FDOT moves forward with taking of Disney-area retail center for I-4 express lanes

The Florida Department of Transportation has begun to seek appraisals for Crossroads of Lake Buena Vista -- the first step in what could be the most expensive real estate taking in Florida history.

Located directly across from a Walt Disney World main entrance, the entire shopping center is targeted for right-of-way (ROW) acquisition as part of the I-4 Beyond the Ultimate widening project. Crossroads has 155,000 square feet of retail space and is home to some of the most profitable restaurants in the Orlando market, as well as the last Gooding's supermarket.

GrowthSpotter first reported last November that FDOT planned to build drainage ponds on the site of the 29-acre shopping center to accommodate a new interchange design at S.R. 535. 

The estimated $3 billion I-4 Beyond the Ultimate project, which is currently in design but not funded for construction, continues the I-4 Ultimate express lanes into Polk, Osceola, Seminole and Volusia counties.

Last year FDOT estimated the ROW acquisition cost for Segment 1 -- which includes the S.R. 535 interchange and Crossroads shopping center -- would exceed $428 million.

FDOT has allocated $309 million in ROW funding for the 14-mile segment that includes the S.R. 535 interchange over fiscal years 2018-2022. Since the state's fiscal year started July 1, the first $130.8 million is available this year, said FDOT spokesman Steve Olson.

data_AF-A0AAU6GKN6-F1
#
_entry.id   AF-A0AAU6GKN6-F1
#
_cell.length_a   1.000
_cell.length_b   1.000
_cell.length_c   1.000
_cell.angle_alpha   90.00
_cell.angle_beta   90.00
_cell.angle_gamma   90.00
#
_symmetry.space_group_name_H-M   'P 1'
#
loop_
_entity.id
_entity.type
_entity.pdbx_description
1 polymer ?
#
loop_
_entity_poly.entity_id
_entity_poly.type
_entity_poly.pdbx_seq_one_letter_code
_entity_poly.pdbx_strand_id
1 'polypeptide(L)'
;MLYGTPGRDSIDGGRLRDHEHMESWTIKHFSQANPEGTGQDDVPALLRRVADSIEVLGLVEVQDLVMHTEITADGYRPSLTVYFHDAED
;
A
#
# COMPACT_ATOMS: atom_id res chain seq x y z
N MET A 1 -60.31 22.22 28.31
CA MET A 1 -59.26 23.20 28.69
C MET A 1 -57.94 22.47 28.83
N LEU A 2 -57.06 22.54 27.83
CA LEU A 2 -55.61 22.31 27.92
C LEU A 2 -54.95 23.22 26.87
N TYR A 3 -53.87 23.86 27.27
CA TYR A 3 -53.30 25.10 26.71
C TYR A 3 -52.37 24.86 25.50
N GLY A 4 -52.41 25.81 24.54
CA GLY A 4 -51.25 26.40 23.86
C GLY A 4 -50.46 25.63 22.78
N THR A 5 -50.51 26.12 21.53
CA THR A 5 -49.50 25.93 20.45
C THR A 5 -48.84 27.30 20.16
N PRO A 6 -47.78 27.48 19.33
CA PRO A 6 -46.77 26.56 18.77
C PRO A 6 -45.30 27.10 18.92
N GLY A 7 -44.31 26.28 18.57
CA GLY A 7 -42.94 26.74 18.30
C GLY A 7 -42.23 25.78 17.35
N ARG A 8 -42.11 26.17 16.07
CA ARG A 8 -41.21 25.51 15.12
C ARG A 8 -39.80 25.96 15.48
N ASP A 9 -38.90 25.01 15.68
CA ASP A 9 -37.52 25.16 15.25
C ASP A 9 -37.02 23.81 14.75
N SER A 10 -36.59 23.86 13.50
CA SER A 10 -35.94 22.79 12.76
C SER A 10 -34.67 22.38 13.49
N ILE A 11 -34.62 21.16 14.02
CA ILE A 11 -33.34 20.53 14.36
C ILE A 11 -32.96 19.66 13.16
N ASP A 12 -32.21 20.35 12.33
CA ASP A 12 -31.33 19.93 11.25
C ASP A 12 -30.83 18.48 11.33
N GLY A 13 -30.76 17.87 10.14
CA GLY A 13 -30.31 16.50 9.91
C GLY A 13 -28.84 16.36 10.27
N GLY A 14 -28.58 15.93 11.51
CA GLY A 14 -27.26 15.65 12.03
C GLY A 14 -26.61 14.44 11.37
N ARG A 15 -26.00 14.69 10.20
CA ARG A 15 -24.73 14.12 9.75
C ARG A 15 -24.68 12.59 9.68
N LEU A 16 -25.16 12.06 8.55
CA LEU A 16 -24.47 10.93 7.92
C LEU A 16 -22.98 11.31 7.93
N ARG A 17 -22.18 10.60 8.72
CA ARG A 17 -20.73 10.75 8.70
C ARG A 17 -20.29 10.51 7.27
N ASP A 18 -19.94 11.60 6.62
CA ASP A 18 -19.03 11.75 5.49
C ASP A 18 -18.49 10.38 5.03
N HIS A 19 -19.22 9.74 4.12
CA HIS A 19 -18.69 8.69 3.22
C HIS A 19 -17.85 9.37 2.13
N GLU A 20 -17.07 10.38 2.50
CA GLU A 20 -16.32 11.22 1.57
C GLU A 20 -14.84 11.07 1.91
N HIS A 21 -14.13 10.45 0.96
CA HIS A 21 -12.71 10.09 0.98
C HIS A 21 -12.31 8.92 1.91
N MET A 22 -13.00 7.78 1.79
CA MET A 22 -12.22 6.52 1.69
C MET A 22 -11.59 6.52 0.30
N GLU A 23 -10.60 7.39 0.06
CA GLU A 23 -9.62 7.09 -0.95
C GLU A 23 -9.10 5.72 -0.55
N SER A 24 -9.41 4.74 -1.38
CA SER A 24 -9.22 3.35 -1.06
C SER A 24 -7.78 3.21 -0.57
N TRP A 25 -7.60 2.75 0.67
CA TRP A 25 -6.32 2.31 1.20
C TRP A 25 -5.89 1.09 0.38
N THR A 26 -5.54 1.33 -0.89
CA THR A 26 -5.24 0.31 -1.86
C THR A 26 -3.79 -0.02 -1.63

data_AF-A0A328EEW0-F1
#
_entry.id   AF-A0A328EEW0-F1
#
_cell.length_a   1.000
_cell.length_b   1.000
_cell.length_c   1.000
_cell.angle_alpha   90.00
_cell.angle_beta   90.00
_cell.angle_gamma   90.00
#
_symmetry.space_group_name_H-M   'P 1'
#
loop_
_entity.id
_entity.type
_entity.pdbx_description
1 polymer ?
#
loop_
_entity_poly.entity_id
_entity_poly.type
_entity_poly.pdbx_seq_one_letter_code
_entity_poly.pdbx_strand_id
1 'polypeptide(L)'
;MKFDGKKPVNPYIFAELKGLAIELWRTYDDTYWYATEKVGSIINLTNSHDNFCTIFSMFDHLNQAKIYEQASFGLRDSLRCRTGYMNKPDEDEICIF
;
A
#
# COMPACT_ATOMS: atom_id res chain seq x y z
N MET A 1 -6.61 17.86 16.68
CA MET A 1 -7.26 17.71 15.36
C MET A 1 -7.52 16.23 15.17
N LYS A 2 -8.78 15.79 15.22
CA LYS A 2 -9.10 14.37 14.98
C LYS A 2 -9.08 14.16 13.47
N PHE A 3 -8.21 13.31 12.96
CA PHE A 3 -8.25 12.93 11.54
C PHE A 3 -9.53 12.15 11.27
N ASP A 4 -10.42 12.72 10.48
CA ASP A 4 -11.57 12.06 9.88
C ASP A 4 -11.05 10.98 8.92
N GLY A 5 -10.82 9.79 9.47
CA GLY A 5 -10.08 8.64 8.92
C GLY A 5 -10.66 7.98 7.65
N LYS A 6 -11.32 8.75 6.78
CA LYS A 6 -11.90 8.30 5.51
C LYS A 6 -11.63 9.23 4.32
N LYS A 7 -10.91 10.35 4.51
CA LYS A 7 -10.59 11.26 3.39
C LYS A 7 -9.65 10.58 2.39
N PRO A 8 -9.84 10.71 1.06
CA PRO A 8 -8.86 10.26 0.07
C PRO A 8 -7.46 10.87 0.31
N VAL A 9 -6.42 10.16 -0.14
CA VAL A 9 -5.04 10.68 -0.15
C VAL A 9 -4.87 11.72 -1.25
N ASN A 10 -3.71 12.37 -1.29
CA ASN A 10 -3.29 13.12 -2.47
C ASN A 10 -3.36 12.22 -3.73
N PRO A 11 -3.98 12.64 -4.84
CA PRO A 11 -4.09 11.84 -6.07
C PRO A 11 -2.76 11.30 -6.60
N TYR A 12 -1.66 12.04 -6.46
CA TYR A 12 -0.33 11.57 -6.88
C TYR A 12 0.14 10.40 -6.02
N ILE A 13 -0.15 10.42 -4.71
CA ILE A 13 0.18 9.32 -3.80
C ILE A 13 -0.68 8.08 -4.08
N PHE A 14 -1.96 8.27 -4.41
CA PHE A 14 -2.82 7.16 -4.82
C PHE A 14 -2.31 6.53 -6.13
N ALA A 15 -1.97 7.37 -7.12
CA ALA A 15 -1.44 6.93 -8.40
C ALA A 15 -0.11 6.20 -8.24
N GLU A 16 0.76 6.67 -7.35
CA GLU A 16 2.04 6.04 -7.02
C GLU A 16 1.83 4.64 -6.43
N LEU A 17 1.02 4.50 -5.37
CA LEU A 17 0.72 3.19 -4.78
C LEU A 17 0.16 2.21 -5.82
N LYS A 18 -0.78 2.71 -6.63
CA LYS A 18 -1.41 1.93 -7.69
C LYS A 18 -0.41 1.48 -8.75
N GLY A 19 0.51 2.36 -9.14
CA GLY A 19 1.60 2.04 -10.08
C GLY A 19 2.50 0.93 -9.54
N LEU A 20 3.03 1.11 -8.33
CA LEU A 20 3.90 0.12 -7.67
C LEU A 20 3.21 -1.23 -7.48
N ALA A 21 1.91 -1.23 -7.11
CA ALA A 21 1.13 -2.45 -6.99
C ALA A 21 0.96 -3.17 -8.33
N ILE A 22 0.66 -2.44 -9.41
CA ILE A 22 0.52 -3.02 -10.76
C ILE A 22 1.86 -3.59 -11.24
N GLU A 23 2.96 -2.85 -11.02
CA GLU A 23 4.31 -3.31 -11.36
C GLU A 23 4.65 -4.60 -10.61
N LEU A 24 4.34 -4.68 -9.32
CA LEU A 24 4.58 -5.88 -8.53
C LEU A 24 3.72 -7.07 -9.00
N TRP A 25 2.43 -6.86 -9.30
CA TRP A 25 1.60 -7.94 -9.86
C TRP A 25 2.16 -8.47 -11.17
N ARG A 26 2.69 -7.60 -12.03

That means the agency's ROW staff can now legally begin negotiating with affected property owners and tenants. "We will probably start making notices the first week of September," Olson told GrowthSpotter.

He said the appraisal is the first step in the taking. "The case is then heard in court to establish the final value, later. This way, work may proceed on the land needed and in question."

TIAA bought Crossroads in 2005 for $54 million from Disney Development Co. Last year, the firm divested of its other major Orlando asset when it sold the Publix-anchored shopping center at the heart of Orlando's Restaurant Row for $92.5 million. 

Raymer F. Maguire III,  whose boutique law firm specializes in eminent domain, told GrowthSpotter that tenants are eligible for relocation assistance as soon as FDOT makes an offer to the property owner.

Business owners can choose to accept a $40,000 lump sum payment, but most of the tenants in Crossroads would be eligible for a larger relocation package based on their lease terms and whether they own their FF&E. 

Certain costs are capped. If the business does move, it can only recover $25,000 toward the cost of building out the new space. But the cost of moving equipment and inventory is case-specific.

"It is non-negotiable," Maguire said. "To DOT’s credit, they have a highly cooperative attitude of helping people max out their business relocation benefits." 

Have a tip about Central Florida development? Contact me at lkinsler@GrowthSpotter.com or (407)420-6261, or tweet me at @LKinslerOGrowth. Follow GrowthSpotter on Facebook, Twitter and LinkedIn.

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